The City of Melbourne (CoM) has expressed its broad support for the Victorian Government’s proposed Planning Scheme Amendment (C270), but has requested a detailed impact assessment of the amendment be submitted along with more clarity surrounding the role of the Council in the decision making process.
In a submission to the Central City Built Form Review, the CoM expressed its general support for the C270 amendment, suggesting its built form controls, which will limit the extent of development possible on each city site to 18:1, will deliver improved built form outcomes and enhance the urban environment of the Central City.
However, they were hesitant to offer all out support before a detailed economic, social and environmental impact analysis of the amendment is disclosed. They are also requesting more clarity surrounding the decision making processes regarding the uplift provision in the amendment, which would grant developers an increased plot ratio if they can prove to planning that their project will create a "public benefit".
The CoM is concerned that the granting of uplifts based on this public benefit has the potential to be developer driven or with a significant element of developer discretion. It suggests that the community benefits from uplift need to be guided by the need for different types of community assets in the city and that this would be best guided by a consistency with Council policy and planning.
Basically, they would like to have authority on what constitutes public benefit and what public infrastructure should go where in the city.
At the moment the C270 document lists the inclusion of public open space and laneways, on site office use, public space in the building and social housing in the building as examples of ‘public benefits’. But the CoM is seeking to ensure that the uplift mechanism remains consistent to State and Local Government policy regarding integrated and co-located community infrastructure.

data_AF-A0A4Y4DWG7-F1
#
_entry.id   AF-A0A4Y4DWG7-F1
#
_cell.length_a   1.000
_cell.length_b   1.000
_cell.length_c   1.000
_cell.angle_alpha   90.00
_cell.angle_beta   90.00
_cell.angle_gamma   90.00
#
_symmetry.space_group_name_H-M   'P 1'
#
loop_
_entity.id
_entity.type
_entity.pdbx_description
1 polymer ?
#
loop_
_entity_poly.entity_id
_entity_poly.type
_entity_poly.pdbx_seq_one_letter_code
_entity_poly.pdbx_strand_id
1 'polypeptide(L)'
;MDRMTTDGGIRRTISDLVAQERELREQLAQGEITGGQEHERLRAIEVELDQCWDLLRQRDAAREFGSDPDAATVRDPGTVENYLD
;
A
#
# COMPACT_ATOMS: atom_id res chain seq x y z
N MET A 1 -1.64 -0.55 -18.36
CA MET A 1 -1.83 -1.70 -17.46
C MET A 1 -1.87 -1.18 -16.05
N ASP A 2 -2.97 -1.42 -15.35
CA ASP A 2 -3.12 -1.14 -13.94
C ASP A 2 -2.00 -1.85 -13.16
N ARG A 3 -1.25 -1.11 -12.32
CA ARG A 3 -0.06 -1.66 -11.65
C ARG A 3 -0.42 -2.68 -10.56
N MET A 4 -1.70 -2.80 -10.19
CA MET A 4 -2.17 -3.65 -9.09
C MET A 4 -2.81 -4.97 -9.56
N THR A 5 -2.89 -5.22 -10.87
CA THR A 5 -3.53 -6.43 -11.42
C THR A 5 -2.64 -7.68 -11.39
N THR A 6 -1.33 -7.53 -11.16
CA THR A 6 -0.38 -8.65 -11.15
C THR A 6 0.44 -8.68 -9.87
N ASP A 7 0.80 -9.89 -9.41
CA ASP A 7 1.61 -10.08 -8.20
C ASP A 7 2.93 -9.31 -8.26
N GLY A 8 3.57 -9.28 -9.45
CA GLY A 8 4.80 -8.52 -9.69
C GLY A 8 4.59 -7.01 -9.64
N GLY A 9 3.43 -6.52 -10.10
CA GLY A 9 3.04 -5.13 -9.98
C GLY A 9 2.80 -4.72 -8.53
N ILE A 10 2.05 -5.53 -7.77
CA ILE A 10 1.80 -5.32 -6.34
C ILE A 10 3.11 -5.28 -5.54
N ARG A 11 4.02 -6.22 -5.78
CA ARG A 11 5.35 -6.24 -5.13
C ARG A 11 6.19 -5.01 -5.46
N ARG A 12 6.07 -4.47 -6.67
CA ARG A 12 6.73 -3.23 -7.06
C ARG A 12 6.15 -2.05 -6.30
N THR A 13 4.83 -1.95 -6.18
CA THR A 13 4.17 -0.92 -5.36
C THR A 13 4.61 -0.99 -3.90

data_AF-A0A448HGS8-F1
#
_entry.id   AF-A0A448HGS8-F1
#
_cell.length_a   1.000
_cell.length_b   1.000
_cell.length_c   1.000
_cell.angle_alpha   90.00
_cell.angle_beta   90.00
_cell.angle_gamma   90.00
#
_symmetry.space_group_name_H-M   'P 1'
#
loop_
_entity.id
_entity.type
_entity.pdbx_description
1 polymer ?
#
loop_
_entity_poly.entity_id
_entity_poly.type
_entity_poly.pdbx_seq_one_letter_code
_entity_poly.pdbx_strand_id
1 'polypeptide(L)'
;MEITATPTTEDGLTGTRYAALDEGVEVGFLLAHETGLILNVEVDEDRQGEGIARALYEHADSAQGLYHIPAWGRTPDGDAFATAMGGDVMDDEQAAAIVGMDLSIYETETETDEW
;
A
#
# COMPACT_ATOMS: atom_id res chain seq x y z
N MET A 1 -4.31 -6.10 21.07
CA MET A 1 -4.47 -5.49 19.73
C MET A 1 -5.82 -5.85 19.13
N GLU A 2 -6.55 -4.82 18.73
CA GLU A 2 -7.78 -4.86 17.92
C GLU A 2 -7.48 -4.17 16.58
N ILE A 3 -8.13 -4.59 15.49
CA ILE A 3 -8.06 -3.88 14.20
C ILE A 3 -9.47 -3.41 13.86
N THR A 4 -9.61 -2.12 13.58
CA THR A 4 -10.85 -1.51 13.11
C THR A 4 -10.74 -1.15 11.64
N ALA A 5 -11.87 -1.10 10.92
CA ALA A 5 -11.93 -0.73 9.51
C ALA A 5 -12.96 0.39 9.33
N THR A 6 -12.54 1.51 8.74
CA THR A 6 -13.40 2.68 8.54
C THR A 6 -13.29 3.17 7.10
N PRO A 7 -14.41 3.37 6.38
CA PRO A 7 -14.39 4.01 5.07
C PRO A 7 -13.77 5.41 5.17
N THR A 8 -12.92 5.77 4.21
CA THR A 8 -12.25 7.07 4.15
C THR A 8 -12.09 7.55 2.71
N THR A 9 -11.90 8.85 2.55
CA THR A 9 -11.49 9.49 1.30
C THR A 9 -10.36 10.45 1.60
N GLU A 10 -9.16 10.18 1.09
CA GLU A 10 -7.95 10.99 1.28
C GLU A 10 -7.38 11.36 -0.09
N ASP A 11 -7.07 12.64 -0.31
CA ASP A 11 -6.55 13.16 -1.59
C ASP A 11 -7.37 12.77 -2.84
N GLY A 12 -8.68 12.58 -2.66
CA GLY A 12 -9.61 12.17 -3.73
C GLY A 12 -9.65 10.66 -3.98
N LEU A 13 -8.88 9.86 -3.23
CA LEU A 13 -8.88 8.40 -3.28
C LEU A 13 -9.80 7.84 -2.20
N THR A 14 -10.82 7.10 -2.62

The CoM is concerned with the Ministerial discretion proposed in C270, conceding that they are unclear how decisions about the nature and scale of uplift to be provided will be made.
Currently, the amendment proposes that the Minister for Planning would retain discretion in the application of decisions related to the uplift provisions on planning approvals for >25,000sqm developments (State Significant Developments).
But the CoM proposes that mechanisms be put in place to ensure this discretion explicitly incorporates the perspectives of various Government agencies and Ministers with an interest in the environmental, economic and social fabric of the Central City, and the City of Melbourne.
One way of achieving this, says the CoM, would be for the State to exercise decision making authority in these instances through a Ministerial committee, comprising the Minister for Planning, an economic Minister and a Minister with social or environmental portfolio responsibility.
The CoM also proposed an increase in the SSD threshold from the current 25,000sqm to 35,000 or 40,000sqm. Suggesting this measure “would reduce duplication and overlap, significantly improve efficiency in the development application process and ensure greater consistency in the application of planning policy within the City.”
Read the full submission here: